HUD is also requiring “payment shock” protection by limiting any interest rate increases to no more than one percent per year after a five-year fixed-rate period.

And if a home is foreclosed, loan buyers are prohibited from abandoning the property. That will help prevent neighborhood blight.

Another big change is geared toward “transparency”. HUD says it will release detailed performance data on the NPL sales. That will give outside researchers a chance to study the program and offer feedback on improvements.

HUD previously increased the foreclosure moratorium from six months to one year, to allow more time to find a resolution.

While the Urban Institute appears to support many of the new HUD rules, it disagrees with critics opposed to private investor participation. Instead, it says the situation calls for a balancing act because private investors have the capital needed for such a large-scale effort.

In a report published by the Urban Institute at the beginning of the year, the sale of HUD’s non-performing loans to private investors is a “win-win-win” for borrowers, investors and HUD.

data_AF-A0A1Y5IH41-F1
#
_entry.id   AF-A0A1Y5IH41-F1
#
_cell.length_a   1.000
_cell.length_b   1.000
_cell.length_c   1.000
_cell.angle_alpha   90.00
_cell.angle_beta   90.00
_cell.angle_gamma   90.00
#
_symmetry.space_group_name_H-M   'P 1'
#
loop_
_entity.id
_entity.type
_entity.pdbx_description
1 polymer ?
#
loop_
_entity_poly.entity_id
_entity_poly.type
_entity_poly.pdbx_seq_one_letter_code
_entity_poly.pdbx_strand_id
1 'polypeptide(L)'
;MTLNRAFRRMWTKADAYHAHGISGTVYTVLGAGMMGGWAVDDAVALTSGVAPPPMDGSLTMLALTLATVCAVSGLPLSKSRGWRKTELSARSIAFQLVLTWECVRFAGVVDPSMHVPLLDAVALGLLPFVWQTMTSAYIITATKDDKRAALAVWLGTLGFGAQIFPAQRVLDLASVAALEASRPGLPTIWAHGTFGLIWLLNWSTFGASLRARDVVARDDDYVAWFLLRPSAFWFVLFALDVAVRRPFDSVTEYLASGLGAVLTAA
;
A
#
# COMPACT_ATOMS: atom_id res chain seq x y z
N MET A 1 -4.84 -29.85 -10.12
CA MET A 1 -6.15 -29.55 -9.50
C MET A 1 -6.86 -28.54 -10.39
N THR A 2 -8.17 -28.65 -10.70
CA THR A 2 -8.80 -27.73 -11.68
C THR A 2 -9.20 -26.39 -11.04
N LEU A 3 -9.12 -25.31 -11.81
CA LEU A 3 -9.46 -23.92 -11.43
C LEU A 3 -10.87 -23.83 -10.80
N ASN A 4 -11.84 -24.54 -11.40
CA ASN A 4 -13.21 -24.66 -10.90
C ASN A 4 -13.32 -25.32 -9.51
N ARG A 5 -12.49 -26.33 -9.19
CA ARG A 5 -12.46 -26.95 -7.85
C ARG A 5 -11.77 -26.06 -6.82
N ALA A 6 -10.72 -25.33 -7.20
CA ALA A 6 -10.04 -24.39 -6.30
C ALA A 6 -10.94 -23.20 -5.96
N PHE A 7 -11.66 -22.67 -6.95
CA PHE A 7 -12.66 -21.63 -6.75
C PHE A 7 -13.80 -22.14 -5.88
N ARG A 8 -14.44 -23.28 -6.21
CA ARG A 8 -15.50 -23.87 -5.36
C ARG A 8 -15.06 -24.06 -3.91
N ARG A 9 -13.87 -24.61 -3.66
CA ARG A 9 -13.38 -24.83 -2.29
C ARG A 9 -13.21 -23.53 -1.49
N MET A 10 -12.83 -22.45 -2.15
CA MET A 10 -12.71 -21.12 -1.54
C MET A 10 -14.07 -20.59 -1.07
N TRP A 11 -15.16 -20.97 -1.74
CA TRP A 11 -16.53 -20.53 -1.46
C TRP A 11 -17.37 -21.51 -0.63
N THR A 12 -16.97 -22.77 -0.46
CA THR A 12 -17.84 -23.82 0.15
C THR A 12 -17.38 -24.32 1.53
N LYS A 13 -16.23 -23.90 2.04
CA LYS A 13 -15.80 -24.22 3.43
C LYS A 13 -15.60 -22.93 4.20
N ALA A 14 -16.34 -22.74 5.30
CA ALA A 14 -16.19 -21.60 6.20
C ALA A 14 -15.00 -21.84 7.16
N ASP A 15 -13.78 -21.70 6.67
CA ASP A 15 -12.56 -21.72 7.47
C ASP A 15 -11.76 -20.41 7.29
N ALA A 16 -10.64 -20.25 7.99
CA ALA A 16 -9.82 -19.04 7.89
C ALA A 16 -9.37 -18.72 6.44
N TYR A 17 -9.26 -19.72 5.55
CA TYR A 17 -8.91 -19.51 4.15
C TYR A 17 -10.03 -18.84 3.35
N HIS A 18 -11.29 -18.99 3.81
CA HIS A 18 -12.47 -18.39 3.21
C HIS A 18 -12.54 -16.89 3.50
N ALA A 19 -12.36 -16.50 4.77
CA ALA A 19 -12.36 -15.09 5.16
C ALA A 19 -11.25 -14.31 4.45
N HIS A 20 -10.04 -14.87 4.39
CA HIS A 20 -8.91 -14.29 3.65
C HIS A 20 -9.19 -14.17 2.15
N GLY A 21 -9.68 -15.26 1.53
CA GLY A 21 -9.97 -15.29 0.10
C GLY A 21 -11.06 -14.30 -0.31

It responded to criticism about investors pushing borrowers into foreclosure as simply untrue. It says the same goes for the idea that HUD is facilitating a massive “wealth transfer” that impacts homeowners and taxpayers. The Institute says that its data shows that borrower outcomes are “significantly” better with the loan sales program, and that HUD gets an average $24,000 more on each loan than it would if they hadn’t been sold.

There’s also been a call for more non-profit participation. The Urban Institute does support stronger partnerships between investors and non-profits, but it also has doubts about the financial ability of non-profits. It says non-profits may not have the funds to service a large loan portfolio unless they work in partnership with for-profit investors.

They also wouldn’t have the experience needed to take on these non-performing assets, might I add! Turning non-preforming notes into performing notes is a skill, and real estate investing experience is necessary. It can be a very difficult task to get a delinquent borrower to pay on time, even if the loan has been modified. And it can be ever more difficult to foreclose in certain states. And sometimes the property is in terrible condition once the investor takes ownership.

Why then, would investors want these non-performing loans in the first place? Urban Institute says the incentive is to maximize profits, of course. Foreclosures produce the “lowest return on investment” and are therefore, often the last resort. The Institute says investors are much more interested in offering borrowers a modification, a short sale, or a deed-in-lieu – which is when a borrower avoids foreclosure by handing over the deed in return for cash if the borrower moves out without causing damage.